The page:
Pruning roses in the spring isn't tough when you consider the basic shape you're trying to create.
As I explain in this short video, you want to create an upside down umbrella out of your rose plant and you want to make all those initial cuts to an outward facing bud.
You'll be able to recognize the outward facing buds because they are small "bumps" regularly spaced up the cane and facing in all directions. Your job is to find one that faces out - away from the center of the plant between 12-18 inches above the ground. Cut the cane off at this point so the cut is as close to the bud as you can make it without hitting the bud. Leaving excess cane above the bud will leave dead stubs as the buds start to grow.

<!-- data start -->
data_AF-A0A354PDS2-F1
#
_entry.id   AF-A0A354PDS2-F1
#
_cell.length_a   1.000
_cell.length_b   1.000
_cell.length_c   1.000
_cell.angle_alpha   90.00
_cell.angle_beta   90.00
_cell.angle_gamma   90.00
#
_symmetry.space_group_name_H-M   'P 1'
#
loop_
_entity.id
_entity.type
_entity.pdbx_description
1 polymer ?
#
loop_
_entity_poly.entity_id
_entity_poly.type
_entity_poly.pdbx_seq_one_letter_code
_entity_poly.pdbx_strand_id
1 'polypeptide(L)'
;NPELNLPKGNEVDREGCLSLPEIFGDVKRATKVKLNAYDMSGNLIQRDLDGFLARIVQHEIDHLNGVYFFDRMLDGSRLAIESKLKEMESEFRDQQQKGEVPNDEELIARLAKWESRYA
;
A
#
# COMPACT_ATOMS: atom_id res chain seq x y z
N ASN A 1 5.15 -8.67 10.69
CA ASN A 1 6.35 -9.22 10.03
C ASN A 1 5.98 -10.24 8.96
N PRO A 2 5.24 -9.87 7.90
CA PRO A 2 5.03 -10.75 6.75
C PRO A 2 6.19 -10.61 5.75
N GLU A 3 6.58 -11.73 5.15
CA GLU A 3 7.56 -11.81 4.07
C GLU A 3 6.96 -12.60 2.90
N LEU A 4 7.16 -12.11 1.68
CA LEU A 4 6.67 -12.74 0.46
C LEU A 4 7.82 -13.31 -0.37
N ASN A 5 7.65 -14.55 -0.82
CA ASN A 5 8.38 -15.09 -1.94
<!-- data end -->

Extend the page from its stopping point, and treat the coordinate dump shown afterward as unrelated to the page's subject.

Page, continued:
As long as you're pruning to outward facing buds whenever possible, you'll find the cane will fill in the center of the plant by itself. We don't cut off shoots below our pruning cut but allow them to survive no matter which direction they take off in.
The topmost bud will become the central leader off of which all the other summer blooms will come - so it is this one that we want to head away from the center of the plant.
I'll give you more tips on rose pruning later on in the summer as my roses fill out and bloom.